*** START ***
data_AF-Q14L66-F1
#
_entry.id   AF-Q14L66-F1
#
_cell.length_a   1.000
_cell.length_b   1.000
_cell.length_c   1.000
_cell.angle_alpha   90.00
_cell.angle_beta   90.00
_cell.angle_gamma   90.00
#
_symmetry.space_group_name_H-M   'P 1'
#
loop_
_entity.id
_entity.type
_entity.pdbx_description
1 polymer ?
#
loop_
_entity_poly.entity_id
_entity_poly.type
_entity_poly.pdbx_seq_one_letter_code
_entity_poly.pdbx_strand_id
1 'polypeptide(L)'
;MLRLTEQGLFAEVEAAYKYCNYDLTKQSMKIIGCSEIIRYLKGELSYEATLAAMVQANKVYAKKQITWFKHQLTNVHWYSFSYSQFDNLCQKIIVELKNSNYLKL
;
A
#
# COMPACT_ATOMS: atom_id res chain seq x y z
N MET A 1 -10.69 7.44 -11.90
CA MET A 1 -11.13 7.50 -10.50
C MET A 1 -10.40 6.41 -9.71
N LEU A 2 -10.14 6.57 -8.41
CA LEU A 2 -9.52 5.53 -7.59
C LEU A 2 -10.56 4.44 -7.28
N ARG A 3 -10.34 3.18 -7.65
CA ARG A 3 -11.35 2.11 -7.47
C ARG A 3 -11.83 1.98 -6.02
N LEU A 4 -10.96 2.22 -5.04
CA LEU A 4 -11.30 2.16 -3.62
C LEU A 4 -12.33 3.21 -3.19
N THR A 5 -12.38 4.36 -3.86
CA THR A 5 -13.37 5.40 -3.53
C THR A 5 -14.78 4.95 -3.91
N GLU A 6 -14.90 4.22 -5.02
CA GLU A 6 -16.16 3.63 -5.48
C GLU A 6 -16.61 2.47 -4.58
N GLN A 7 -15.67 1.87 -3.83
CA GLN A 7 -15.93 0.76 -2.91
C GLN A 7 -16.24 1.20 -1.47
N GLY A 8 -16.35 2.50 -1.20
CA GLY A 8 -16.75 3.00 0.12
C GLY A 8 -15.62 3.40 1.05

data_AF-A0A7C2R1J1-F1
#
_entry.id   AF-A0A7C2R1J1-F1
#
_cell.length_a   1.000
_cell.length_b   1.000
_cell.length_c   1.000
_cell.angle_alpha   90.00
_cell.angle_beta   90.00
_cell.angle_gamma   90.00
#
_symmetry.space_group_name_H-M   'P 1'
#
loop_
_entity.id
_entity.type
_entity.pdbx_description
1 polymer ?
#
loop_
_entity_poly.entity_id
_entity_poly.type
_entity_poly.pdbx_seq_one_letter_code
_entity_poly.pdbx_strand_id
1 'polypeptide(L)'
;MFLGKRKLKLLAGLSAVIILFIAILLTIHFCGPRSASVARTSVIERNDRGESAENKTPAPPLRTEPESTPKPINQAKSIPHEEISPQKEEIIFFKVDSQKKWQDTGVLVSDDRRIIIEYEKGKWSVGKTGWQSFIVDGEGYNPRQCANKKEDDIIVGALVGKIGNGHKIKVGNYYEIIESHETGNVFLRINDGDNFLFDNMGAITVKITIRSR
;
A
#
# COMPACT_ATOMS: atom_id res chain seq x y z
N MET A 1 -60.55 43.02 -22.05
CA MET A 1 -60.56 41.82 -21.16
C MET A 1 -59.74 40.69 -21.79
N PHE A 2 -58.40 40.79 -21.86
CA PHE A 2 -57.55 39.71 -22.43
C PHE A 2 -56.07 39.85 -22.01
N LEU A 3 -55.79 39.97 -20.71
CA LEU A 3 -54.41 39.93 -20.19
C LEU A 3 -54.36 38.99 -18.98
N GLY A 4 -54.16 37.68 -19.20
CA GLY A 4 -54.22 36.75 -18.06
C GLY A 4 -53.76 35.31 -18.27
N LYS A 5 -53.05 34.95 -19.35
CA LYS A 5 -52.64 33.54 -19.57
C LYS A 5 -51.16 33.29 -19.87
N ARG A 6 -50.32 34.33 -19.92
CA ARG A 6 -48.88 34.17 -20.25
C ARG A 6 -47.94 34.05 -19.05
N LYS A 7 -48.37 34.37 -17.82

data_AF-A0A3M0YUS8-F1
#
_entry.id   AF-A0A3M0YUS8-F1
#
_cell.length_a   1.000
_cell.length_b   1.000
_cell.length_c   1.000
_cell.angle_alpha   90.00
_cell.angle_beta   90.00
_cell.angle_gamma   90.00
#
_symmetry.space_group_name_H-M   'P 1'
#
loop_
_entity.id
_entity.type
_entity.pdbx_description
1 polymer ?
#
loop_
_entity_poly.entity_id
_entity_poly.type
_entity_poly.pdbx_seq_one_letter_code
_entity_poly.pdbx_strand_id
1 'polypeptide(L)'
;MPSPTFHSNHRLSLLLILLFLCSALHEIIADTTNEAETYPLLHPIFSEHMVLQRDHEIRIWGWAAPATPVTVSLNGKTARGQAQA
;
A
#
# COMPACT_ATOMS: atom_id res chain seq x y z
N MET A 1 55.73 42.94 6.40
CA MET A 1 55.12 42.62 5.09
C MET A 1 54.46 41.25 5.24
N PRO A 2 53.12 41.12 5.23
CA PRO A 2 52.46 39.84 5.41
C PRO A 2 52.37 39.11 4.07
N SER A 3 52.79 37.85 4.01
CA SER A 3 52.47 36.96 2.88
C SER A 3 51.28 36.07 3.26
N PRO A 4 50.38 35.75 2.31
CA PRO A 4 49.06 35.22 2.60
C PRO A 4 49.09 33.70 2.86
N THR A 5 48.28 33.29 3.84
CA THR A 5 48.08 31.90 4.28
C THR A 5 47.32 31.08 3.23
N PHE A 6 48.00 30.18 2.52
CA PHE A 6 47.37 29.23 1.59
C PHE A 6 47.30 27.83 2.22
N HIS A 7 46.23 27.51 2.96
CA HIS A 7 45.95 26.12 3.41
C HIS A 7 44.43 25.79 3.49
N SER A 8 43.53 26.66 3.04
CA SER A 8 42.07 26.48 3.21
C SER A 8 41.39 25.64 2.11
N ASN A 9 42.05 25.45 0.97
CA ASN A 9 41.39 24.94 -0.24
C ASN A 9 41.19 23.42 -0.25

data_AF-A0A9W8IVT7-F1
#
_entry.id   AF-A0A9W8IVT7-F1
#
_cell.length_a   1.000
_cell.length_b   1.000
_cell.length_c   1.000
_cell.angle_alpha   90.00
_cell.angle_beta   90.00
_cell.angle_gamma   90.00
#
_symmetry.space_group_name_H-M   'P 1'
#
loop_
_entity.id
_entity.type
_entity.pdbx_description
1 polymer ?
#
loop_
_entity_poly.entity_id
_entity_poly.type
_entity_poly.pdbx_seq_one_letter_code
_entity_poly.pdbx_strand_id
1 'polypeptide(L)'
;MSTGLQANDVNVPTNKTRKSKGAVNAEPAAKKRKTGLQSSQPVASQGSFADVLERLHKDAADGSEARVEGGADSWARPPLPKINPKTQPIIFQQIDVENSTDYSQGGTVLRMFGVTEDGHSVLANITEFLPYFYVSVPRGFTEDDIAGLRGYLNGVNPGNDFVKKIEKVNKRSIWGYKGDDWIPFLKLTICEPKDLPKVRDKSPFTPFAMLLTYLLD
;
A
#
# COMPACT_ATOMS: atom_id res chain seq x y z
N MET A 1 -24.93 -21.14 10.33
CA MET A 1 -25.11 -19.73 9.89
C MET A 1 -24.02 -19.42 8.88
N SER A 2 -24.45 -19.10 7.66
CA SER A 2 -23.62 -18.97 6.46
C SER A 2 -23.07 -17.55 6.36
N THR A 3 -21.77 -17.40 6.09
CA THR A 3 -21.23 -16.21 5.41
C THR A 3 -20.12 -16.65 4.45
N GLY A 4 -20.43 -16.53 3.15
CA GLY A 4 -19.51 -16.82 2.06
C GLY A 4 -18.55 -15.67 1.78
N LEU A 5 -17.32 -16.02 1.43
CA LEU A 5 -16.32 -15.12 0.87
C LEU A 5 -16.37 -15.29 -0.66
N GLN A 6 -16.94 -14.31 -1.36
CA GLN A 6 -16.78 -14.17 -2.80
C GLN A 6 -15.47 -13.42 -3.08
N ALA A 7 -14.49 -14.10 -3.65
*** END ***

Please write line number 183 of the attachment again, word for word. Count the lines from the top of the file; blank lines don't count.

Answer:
_entity_poly.pdbx_seq_one_letter_code